The foundations of Axios, an online media company, are centered on the basic tenets of print journalism while adapting to the new digital era, according to Axios Editor-in-Chief Nick Johnston (COL ’99).
The way in which readers absorb information has shifted with the advent of technology and digital journalism, according to Johnston. He and the three founders of Axios, Jim VandeHei, Mike Allen and Roy Schwartz, who formerly worked for Politico, noticed traditional print formats no longer fit consumers’ demands. In January 2017, Johnston and the three founders launched Axios.
The purpose of creating Axios was to develop a form of online news that eased the burden on the reader, Johnston said in an interview with The Hoya.
“The experience of consuming news on the web was kind of miserable — a lot of websites have a lot of pop-up ads; they make you click through 10 times to find something, and the stories are long and don’t get to the point,” Johnston said. “A lot of what we solved for on our site and our newsletters was, ‘OK, we’ll get rid of all of those annoying things and cut down the information to what the person really needs.’”
Since its launch in January 2017, Axios has grown from 7,000 subscribers for the Future newsletter to almost 60,000, according to Steve LeVine, future editor and adjunct professor for the Center for Security Studies at Georgetown. The online newsletter reached 360,000 subscribers in September 2018, according to the International News Media Association. Johnston attributes the growth of Axios to the “culture of responsiveness” built within the company.
“Tens of thousands of people have taken the time to fill out the survey when we ask them, and that’s a really engaged readership,” Johnston said. “I love that they are really engaged, and I think it’s very incumbent upon us even as we grow to keep those channels of communication open and listen to it.”
Not only do readers regularly engage with the website’s content, but they also play a role in determining article content, according to Johnston.
“It’s a really interesting trip wire for how we’re covering things,” Johnston said. “I’ve assigned stories on the basis of reader feedback — ‘There’s a complicated issue here, and we’re not capturing all of it, and so maybe we need to have someone dig a little deeper into it.’”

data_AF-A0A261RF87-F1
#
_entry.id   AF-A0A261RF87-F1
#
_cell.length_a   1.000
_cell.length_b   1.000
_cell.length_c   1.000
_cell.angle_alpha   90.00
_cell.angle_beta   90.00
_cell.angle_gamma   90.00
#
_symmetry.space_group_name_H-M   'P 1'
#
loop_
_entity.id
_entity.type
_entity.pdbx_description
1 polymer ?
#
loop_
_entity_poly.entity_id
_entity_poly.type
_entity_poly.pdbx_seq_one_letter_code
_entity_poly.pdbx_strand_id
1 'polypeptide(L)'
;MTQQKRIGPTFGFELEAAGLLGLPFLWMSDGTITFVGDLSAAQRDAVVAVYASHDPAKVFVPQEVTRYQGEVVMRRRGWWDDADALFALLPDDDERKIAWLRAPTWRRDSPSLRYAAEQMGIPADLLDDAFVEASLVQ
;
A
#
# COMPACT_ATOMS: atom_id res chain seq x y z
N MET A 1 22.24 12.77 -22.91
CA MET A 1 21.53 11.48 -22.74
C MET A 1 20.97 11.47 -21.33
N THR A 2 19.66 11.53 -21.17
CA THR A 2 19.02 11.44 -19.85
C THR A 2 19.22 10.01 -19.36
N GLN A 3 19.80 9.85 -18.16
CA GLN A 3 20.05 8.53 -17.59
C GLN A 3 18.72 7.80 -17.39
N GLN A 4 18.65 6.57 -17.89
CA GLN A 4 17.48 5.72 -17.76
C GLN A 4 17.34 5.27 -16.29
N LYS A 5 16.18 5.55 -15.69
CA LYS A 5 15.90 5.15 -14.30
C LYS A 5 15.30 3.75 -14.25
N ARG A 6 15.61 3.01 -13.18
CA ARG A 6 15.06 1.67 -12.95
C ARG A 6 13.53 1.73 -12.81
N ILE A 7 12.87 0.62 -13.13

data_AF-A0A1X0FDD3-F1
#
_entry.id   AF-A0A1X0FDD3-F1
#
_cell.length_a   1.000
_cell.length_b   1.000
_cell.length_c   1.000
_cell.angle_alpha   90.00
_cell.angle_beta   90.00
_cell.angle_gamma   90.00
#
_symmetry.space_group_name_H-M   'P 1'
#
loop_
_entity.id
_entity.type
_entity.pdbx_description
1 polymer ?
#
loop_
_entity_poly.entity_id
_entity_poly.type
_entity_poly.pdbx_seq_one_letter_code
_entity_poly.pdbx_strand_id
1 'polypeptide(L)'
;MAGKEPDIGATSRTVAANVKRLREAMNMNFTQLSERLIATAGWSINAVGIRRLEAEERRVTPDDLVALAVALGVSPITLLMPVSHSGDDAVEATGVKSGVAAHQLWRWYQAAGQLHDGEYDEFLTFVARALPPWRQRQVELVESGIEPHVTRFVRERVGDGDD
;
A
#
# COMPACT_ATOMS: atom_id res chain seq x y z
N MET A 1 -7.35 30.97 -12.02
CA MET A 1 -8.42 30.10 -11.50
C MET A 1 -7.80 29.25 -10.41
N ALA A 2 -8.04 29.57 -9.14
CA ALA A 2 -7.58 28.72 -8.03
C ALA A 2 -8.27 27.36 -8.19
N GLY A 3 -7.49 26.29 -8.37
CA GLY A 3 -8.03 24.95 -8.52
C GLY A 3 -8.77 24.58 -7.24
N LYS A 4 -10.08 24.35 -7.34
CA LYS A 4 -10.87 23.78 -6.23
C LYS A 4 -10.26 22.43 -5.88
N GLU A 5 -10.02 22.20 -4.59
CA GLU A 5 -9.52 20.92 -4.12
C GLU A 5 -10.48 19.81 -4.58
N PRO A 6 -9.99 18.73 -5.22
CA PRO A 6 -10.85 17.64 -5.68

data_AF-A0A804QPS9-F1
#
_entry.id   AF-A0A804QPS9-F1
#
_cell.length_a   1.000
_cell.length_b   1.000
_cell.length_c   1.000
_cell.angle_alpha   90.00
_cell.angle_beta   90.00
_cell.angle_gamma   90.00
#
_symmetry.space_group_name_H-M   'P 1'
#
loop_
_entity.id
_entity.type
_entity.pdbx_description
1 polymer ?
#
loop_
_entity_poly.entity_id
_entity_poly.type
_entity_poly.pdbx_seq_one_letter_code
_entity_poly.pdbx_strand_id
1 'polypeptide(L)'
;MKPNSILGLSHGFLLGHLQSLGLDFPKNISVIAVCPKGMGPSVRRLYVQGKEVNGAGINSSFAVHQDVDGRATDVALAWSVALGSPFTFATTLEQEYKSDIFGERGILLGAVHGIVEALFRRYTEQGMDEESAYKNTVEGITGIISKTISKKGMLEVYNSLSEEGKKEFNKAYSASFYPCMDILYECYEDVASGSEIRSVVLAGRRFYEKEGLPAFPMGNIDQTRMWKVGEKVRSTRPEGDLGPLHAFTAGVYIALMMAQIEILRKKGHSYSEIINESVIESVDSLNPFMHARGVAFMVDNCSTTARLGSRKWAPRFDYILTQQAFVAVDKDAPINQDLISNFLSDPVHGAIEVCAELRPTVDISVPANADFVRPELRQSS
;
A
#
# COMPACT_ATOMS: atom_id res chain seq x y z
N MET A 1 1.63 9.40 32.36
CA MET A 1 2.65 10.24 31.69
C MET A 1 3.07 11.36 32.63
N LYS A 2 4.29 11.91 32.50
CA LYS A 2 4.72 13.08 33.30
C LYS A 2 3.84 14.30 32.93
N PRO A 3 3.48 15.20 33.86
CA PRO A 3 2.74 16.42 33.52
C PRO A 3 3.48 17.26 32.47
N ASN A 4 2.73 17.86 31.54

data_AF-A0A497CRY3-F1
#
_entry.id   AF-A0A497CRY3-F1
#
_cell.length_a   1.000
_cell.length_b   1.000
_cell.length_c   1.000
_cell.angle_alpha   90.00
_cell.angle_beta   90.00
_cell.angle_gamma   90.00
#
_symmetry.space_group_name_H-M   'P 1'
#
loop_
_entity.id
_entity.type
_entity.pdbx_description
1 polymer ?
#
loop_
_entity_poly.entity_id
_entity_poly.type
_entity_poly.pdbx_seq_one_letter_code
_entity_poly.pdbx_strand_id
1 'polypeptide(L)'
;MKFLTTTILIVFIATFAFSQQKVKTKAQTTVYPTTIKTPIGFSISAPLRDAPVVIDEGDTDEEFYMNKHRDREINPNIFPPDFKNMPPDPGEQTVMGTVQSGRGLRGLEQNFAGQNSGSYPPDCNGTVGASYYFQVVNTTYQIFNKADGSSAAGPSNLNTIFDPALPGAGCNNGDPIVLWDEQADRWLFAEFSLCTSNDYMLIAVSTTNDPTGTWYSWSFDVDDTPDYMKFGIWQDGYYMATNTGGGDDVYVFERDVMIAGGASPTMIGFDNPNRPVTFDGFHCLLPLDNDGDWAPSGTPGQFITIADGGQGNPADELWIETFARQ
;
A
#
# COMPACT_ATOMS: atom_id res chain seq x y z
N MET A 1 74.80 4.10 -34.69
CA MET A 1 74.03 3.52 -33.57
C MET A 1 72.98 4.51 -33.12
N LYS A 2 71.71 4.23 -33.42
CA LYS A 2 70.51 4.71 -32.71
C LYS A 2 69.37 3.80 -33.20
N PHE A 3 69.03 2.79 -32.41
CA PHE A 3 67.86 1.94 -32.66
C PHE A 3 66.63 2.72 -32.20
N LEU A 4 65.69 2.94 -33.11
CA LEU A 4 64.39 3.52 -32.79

Before joining Axios, Johnston served as a managing editor at Bloomberg and covered the White House and Capitol Hill during his time as a reporter. While at Georgetown, Johnston wrote a weekly column for The Hoya on local and national politics.
A former Washington correspondent for Quartz, a mobile media startup launched in 2012, LeVine also served as a foreign correspondent for the Wall Street Journal for 18 years.
LeVine’s experience at a print publication inspired him to develop an innovative platform that preserves journalistic integrity, he said.
“The main thing from print days pulled into Axios is the standards, the expectation that you’re telling something new. You’re not regurgitating what other people wrote; you’re not just stirring the soup and telling the story better,” LeVine said. “You are truly advancing the conversation.”
Working at a print publication provided the standards for accuracy for online journalism, Johnston said.
“Some of what I’ve learned going back all the way to The Hoya when I had editors yelling at me was rigorous journalism,” Johnston said. “It’s being precise and being factually accurate and writing clearly and concisely, not just throwing up words on the Internet and saying that’s good enough. There’s a real traditional newsroom culture of getting it right and, if you get it wrong, owning up to that, and that’s a great way to build reader trust.”
A recent partnership between Axios and HBO has led to a four-part documentary series on current political events, such as the experiences of female candidates running in elections.
Partnering with HBO gave Johnston an understanding of the value of different media in effective news storytelling, he said.
“Sometimes the best way to tell a story is just in text, text and words,” Johnston said. “But often the best way to tell a story is visually, and that can be either through illustration or a chart or a data visualization, but also through video, and the work with HBO has helped us learn a lot about adding that tool to our arsenal.”
LeVine’s teaching experience at Georgetown has highlighted the importance of being consistently accurate and prepared in both journalism and in the classroom, he said.
“Students will call you out. Students have their laptops open; they are searching the internet while you are talking,” LeVine said. “You have to be on top of your game, and because of that, I’m on top of my game in journalism.”
This article has been updated to correct the launch date of Axios.